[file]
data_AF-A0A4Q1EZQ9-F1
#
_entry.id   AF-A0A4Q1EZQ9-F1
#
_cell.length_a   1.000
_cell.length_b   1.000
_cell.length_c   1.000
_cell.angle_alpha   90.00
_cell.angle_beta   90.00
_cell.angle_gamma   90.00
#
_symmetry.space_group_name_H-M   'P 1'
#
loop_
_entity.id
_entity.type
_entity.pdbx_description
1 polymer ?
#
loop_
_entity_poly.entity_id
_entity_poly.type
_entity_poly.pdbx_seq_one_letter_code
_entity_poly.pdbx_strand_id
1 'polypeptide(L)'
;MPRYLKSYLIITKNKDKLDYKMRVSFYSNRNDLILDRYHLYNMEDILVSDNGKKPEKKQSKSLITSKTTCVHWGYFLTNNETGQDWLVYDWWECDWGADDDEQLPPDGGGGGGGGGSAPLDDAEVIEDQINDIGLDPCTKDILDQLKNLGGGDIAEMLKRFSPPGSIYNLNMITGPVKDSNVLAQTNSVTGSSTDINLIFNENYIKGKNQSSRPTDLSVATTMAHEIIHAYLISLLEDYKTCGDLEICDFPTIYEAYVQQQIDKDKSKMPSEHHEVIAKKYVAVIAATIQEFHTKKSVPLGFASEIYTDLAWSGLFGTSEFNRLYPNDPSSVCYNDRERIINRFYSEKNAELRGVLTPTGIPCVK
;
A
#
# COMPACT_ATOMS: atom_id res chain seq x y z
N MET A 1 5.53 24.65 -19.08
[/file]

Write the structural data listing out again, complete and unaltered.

data_AF-A0A4Q1EZQ9-F1
#
_entry.id   AF-A0A4Q1EZQ9-F1
#
_cell.length_a   1.000
_cell.length_b   1.000
_cell.length_c   1.000
_cell.angle_alpha   90.00
_cell.angle_beta   90.00
_cell.angle_gamma   90.00
#
_symmetry.space_group_name_H-M   'P 1'
#
loop_
_entity.id
_entity.type
_entity.pdbx_description
1 polymer ?
#
loop_
_entity_poly.entity_id
_entity_poly.type
_entity_poly.pdbx_seq_one_letter_code
_entity_poly.pdbx_strand_id
1 'polypeptide(L)'
;MPRYLKSYLIITKNKDKLDYKMRVSFYSNRNDLILDRYHLYNMEDILVSDNGKKPEKKQSKSLITSKTTCVHWGYFLTNNETGQDWLVYDWWECDWGADDDEQLPPDGGGGGGGGGSAPLDDAEVIEDQINDIGLDPCTKDILDQLKNLGGGDIAEMLKRFSPPGSIYNLNMITGPVKDSNVLAQTNSVTGSSTDINLIFNENYIKGKNQSSRPTDLSVATTMAHEIIHAYLISLLEDYKTCGDLEICDFPTIYEAYVQQQIDKDKSKMPSEHHEVIAKKYVAVIAATIQEFHTKKSVPLGFASEIYTDLAWSGLFGTSEFNRLYPNDPSSVCYNDRERIINRFYSEKNAELRGVLTPTGIPCVK
;
A
#
# COMPACT_ATOMS: atom_id res chain seq x y z
N MET A 1 5.53 24.65 -19.08